A passenger experiencing a Jet Lag A study conducted has revealed that jet lag may not be a major problem or and issue for people who fly frequently, however its repercussions on health are quite apparent.

The University of Virginia conducted the study on mice, which showed that a majority of the elderly mice they were testing died while being subjected to the equivalent of a flight from Washington-to-Paris once a week for eight weeks, The Washington Post reported.

Jet lag is usually caused by crossing time zones during flight. The condition is generally believed to be the result of disruption to the circadian rhythms (i.e. the “light/dark” cycle) of the body. It can also be exacerbated by experiencing sudden changes in climate or seasonal conditions, as well as the reduced oxygen, partial pressure, excess noise and low humidity commonly experienced in the cabin of an aircraft. It is accompanied by grogginess, burning eyes, headaches, insomnia and fatigue. Experts said that the study is the first real scientific look into the effect of jet lag.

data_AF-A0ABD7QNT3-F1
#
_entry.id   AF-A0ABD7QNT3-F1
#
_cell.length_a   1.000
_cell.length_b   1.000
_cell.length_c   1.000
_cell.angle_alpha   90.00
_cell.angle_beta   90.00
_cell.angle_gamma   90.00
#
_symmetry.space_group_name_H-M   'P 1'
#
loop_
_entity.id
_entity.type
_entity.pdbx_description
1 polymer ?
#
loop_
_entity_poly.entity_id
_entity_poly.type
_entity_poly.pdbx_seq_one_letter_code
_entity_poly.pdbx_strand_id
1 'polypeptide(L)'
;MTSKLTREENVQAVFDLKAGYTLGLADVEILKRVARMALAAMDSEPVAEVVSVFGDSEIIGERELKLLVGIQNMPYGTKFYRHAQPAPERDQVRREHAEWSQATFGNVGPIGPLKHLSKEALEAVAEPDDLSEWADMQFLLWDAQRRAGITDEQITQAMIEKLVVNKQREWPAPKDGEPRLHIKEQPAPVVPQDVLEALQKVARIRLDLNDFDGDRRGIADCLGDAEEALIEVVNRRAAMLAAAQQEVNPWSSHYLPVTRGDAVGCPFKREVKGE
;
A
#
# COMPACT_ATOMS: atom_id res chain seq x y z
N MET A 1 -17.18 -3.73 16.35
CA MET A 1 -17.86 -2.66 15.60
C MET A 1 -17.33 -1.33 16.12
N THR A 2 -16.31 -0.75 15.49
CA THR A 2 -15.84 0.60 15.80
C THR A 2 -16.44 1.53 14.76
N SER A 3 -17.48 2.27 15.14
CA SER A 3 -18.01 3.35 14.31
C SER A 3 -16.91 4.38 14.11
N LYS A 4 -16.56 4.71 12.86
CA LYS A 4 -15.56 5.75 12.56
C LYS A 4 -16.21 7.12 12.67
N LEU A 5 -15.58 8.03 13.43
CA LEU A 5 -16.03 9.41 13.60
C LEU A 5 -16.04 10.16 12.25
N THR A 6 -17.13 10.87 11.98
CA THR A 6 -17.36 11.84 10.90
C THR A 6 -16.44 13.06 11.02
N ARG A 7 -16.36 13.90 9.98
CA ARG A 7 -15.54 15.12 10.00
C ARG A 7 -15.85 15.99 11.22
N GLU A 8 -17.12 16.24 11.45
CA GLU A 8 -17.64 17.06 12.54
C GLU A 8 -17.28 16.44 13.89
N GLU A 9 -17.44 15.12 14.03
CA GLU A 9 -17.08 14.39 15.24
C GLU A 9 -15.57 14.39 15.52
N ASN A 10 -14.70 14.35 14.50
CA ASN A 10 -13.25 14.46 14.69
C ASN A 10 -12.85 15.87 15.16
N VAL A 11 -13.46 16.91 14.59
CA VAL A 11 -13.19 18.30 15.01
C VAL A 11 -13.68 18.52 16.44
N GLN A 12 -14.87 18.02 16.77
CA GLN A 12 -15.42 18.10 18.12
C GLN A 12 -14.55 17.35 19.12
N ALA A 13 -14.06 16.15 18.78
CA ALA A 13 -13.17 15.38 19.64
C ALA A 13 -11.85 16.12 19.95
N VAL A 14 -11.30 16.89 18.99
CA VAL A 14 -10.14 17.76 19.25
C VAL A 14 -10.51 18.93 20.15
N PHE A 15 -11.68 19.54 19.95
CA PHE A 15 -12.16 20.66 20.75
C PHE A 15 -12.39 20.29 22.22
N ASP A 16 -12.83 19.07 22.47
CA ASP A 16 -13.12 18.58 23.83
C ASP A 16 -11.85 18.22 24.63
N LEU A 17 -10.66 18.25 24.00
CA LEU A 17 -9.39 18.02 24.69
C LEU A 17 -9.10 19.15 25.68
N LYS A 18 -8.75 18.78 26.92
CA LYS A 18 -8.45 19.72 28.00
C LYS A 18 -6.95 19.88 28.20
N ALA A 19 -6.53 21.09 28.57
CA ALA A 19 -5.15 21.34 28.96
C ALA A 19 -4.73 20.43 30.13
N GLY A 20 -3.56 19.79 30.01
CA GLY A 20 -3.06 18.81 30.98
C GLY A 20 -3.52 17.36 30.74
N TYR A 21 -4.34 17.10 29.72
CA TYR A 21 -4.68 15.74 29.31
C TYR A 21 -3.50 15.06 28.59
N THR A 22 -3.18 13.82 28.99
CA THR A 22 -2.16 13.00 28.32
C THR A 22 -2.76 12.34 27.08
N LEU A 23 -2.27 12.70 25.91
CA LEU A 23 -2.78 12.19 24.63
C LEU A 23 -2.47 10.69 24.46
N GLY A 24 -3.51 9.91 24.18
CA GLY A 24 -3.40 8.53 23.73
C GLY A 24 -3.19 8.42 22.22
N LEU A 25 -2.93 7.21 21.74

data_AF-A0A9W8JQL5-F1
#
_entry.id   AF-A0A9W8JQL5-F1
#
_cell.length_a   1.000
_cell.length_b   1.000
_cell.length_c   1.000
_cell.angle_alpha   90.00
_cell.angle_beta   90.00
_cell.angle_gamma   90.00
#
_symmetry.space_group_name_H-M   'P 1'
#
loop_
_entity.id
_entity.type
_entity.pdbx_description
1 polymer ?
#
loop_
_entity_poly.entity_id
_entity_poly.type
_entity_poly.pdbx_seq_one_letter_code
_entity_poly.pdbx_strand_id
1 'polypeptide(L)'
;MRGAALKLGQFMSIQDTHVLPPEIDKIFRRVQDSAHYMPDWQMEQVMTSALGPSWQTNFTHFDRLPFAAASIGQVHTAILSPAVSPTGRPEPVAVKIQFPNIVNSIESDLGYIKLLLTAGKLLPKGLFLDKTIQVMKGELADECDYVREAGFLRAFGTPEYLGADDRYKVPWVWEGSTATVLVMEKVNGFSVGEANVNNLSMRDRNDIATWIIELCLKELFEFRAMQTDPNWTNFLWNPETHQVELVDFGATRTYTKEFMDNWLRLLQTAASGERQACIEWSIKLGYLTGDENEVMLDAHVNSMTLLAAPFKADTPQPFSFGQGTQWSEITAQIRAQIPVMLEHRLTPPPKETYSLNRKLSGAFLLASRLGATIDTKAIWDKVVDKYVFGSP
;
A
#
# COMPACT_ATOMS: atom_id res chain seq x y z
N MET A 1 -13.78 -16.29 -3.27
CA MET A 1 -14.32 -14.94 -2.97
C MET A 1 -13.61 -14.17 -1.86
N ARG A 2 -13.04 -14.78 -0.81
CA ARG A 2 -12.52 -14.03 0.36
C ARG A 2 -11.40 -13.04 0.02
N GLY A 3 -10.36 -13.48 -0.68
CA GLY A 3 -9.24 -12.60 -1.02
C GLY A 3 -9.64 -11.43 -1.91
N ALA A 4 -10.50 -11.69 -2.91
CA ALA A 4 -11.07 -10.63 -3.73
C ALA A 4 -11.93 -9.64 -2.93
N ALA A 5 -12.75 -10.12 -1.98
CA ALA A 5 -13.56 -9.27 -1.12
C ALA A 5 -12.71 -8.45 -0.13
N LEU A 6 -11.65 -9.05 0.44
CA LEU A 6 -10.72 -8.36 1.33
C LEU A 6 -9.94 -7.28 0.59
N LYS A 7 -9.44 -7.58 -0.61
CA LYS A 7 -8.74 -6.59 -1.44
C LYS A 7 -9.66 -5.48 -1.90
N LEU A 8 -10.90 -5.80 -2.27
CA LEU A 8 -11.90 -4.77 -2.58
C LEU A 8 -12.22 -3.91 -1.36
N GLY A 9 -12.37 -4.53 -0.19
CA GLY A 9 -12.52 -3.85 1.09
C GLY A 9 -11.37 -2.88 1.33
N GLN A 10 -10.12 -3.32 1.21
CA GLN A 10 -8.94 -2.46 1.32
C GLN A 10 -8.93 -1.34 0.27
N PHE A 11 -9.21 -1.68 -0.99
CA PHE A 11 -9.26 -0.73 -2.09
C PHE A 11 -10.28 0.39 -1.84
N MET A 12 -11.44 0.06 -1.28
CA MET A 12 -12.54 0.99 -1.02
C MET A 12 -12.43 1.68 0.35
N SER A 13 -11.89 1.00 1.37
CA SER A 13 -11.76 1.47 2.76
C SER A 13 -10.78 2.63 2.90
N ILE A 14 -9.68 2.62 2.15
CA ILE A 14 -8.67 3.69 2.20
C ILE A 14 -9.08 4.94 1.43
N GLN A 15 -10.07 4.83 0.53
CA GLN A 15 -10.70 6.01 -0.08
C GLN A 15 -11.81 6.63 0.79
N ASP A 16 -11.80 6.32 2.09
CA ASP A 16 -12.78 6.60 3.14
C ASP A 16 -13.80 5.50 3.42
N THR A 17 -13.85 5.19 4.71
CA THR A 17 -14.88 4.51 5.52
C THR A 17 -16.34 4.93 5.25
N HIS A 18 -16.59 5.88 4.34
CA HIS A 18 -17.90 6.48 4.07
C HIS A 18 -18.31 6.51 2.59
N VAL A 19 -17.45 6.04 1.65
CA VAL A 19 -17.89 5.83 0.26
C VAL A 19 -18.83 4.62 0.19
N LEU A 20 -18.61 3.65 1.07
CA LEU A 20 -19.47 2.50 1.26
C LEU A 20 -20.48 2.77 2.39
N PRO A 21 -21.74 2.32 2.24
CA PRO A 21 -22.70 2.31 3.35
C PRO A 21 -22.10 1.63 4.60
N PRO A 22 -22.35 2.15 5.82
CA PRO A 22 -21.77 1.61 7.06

In addition, the study found that intense forms of jet lag sped up the death rate in mice. New attention has been focused on the problem and questions are being raised about whether severe jet lag can be harmful to frequent fliers’ health.

Though I wonder which class the mice were traveling by?